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dc.contributor.authorGallagher, Cathal T.
dc.contributor.authorFoster, Carmel L.
dc.date.accessioned2015-04-23T13:33:58Z
dc.date.available2015-04-23T13:33:58Z
dc.date.issued2015-03
dc.identifier.citationGallagher , C T & Foster , C L 2015 , ' Impairment and sanction in Medical Practitioners Tribunal Service fitness to practise proceedings ' , Medico-Legal Journal , vol. 83 , no. 1 , pp. 15-21 . https://doi.org/10.1177/0025817214528205
dc.identifier.issn0025-8172
dc.identifier.otherPURE: 7066484
dc.identifier.otherPURE UUID: ac22e2b7-5296-46ea-b4e6-9a9470913872
dc.identifier.otherScopus: 85017298052
dc.identifier.urihttp://hdl.handle.net/2299/15816
dc.description.abstractThe principal aims of this research were to assess whether, when imposing sanctions, the aggravating and mitigating circumstances considered by the General Medical Council are first considered when determining impairment of fitness to practise and to determine whether the circumstances described by the General Medical Council in their Indicative Sanctions Guidance as warranting erasure from the Medical Register will lead to that outcome. The consideration of specific aggravating circumstances or points of mitigation when determining impairment of fitness to practise was compared to their subsequent consideration by the General Medical Council when deciding on the severity of sanction to be applied. Additionally, the proportion of cases that highlighted aggravating circumstances the General Medical Council deemed sufficiently serious to warrant erasure and the actions taken were monitored. One hundred forty-six cases heard by the General Medical Council between 1 October 2011 and 30 September 2012 met with the inclusion criteria. Fisher’s exact test was used to detect a variation from the expected distribution of data. Three of the four aggravating/mitigating circumstances were more likely to be considered when determining sanction having first been factored into the consideration of impairment. There was a statistically significant correlation between both a risk of harm and dishonesty as aggravating factors and the sanction of erasure from the Medical Register. In general, the General Medical Council consider relevant factors at all stages of their deliberations into practitioner misconduct, as required by the determinations in the cases of Cohen, Zygmunt and Azzam; and subsequently follow the guidance within their Indicative Sanctions Guidance document when determining which sanction to applyen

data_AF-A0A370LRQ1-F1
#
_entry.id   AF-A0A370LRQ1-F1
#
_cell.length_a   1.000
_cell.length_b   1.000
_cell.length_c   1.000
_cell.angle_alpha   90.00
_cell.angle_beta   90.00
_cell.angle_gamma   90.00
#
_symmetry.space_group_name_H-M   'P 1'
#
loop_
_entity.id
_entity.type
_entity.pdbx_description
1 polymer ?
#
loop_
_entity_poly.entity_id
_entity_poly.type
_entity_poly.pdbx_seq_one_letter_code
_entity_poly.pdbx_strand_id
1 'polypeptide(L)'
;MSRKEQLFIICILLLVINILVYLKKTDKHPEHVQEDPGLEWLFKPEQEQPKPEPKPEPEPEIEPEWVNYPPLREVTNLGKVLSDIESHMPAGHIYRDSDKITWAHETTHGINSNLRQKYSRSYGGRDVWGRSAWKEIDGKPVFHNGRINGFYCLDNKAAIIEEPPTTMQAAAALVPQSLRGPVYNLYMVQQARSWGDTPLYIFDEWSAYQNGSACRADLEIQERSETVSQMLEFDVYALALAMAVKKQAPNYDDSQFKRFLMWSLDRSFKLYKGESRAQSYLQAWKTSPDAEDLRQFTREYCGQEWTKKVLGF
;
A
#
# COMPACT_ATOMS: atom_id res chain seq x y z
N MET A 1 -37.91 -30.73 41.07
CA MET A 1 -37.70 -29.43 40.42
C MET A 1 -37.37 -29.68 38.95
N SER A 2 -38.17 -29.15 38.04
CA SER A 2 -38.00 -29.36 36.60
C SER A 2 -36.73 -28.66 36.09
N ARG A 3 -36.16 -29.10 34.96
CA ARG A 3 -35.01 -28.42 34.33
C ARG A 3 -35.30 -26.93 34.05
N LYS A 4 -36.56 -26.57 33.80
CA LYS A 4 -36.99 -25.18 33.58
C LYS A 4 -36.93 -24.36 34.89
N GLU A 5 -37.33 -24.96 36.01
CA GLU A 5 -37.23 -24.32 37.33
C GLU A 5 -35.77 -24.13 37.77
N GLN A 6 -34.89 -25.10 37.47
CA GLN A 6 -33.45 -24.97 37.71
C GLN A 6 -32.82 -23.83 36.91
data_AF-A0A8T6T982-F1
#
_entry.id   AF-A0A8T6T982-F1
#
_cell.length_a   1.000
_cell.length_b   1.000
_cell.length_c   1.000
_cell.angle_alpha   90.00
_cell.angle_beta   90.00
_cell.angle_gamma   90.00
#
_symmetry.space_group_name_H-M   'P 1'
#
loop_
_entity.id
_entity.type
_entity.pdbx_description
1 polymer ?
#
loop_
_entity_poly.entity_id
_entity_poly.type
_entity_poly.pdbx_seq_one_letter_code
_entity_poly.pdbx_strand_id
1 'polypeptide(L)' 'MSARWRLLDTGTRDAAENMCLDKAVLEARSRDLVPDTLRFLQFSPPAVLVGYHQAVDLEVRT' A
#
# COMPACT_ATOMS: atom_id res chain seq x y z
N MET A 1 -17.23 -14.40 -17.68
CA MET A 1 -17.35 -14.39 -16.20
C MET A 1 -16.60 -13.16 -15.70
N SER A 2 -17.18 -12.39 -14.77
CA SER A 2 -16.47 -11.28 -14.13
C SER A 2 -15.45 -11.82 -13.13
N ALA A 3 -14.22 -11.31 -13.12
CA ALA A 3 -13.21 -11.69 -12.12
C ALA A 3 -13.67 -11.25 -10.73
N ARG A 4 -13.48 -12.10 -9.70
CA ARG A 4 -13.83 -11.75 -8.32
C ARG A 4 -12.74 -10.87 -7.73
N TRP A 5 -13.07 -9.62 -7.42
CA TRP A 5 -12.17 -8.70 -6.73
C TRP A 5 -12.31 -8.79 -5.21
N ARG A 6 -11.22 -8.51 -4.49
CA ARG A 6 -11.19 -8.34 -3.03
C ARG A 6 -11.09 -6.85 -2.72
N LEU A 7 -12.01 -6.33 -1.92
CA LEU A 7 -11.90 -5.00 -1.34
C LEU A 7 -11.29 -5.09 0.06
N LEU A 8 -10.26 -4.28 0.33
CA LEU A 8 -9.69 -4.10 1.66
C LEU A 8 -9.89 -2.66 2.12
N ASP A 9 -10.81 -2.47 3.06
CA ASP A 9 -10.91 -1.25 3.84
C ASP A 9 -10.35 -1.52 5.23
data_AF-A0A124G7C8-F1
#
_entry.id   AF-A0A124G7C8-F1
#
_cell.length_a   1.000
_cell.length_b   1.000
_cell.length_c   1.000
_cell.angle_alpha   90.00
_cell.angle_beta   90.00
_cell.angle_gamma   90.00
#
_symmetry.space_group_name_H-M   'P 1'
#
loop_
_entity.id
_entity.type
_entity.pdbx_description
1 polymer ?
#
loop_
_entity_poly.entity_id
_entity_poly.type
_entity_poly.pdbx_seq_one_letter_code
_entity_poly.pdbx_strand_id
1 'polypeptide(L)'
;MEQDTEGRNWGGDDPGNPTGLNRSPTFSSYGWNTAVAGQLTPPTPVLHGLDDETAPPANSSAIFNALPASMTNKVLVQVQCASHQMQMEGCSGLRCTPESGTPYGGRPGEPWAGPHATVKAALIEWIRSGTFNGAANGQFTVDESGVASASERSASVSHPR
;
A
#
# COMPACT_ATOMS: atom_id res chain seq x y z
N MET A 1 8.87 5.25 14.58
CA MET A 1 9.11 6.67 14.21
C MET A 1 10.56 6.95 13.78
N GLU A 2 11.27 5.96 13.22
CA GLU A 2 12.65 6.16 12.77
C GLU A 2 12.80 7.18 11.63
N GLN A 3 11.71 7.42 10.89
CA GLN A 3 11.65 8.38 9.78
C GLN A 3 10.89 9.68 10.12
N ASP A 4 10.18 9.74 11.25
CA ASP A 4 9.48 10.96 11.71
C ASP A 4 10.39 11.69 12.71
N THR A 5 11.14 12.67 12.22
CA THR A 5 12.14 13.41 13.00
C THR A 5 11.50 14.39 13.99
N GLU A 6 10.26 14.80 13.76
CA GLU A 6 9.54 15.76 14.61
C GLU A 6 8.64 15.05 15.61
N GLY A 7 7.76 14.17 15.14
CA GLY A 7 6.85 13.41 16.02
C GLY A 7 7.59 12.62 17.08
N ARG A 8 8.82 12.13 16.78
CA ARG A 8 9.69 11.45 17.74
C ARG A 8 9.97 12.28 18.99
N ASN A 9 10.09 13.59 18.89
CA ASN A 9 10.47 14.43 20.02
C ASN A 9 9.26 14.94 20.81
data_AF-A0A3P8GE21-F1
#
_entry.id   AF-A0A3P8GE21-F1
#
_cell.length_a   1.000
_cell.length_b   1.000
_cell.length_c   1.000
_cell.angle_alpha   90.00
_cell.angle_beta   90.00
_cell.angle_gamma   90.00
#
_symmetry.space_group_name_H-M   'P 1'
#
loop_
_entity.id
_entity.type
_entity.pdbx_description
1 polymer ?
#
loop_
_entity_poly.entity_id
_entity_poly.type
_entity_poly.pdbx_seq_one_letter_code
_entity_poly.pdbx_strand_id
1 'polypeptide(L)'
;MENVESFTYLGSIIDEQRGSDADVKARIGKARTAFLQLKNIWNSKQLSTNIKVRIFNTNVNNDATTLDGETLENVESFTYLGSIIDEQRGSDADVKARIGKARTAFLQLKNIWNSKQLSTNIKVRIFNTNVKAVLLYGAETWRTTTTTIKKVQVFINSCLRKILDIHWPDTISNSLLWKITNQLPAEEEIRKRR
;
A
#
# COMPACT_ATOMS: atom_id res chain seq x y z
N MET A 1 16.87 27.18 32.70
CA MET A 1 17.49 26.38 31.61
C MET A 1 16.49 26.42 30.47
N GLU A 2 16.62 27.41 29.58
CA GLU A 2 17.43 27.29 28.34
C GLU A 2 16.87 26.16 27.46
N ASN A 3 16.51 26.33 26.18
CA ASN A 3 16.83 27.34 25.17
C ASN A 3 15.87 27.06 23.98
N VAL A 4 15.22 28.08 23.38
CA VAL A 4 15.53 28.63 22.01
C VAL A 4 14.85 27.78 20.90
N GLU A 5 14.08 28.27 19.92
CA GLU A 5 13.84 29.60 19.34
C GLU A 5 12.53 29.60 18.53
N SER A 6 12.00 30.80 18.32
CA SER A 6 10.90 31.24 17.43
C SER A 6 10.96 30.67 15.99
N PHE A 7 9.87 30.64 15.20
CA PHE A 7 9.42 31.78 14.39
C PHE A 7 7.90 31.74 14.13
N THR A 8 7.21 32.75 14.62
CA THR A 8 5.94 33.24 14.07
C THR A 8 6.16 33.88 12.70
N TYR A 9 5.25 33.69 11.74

dc.language.isoeng
dc.relation.ispartofMedico-Legal Journal
dc.titleImpairment and sanction in Medical Practitioners Tribunal Service fitness to practise proceedingsen
dc.contributor.institutionSchool of Life and Medical Sciences
dc.contributor.institutionDepartment of Pharmacy
dc.contributor.institutionHealth & Human Sciences Research Institute
dc.contributor.institutionCentre for Clinical Practice, Safe Medicines and Drug Misuse Research
dc.contributor.institutionPatient and Medicines Safety
dc.contributor.institutionLaw, Ethics and Professsionalism in Pharmacy Practice
dc.description.statusPeer reviewed
dc.relation.schoolSchool of Life and Medical Sciences
dcterms.dateAccepted2015-03
rioxxterms.versionofrecordhttps://doi.org/10.1177/0025817214528205
rioxxterms.typeJournal Article/Review
herts.preservation.rarelyaccessedtrue


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